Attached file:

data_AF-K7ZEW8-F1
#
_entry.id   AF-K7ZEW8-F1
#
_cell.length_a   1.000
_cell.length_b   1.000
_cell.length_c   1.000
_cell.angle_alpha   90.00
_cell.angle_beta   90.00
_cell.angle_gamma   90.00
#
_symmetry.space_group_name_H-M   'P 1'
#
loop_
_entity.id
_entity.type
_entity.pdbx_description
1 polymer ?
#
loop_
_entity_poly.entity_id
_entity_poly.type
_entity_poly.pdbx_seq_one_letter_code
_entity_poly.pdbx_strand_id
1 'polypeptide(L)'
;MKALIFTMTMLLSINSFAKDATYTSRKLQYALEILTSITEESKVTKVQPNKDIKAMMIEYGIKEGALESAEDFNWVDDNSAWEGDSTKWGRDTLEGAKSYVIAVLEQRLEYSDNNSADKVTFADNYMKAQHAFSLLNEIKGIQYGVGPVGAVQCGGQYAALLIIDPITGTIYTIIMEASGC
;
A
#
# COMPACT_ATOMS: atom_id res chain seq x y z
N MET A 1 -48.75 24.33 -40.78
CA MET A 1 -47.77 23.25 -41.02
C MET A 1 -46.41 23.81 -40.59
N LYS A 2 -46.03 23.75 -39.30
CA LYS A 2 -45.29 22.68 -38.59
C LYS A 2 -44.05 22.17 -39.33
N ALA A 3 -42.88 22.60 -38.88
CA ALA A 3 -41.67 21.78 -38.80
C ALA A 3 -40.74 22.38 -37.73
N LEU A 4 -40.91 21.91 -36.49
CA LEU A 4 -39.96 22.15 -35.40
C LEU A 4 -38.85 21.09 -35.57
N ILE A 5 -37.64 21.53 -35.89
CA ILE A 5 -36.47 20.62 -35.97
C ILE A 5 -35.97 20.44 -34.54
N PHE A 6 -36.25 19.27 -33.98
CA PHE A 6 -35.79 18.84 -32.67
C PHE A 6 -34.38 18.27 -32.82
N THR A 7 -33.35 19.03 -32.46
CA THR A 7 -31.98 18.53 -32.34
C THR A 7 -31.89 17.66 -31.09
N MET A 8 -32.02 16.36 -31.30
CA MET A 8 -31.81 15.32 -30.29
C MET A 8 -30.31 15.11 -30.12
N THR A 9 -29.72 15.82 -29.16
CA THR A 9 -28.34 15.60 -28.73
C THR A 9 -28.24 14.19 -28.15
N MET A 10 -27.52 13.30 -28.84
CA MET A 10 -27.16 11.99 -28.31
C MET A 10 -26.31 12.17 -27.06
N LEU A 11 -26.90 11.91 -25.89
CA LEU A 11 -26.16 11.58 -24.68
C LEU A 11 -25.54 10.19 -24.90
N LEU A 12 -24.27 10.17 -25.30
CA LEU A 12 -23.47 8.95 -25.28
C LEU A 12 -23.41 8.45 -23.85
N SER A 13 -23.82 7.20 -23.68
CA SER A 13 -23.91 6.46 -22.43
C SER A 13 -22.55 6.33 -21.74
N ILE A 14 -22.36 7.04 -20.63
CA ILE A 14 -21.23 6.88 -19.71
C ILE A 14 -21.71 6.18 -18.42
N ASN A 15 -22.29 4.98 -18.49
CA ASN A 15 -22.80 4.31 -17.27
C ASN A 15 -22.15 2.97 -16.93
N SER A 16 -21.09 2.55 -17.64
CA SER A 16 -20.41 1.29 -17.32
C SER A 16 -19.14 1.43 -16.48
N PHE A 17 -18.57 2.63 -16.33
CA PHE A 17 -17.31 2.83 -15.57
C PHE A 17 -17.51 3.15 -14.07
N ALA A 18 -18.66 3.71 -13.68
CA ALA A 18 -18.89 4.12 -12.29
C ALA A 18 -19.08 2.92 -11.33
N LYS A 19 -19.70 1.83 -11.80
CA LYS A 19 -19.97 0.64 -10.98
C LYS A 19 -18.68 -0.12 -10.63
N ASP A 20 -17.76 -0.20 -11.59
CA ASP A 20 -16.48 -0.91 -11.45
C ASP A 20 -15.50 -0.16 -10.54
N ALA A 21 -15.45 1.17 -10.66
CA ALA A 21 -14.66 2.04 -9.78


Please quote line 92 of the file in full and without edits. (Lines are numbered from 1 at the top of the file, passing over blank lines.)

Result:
CA ALA A 21 -14.66 2.04 -9.78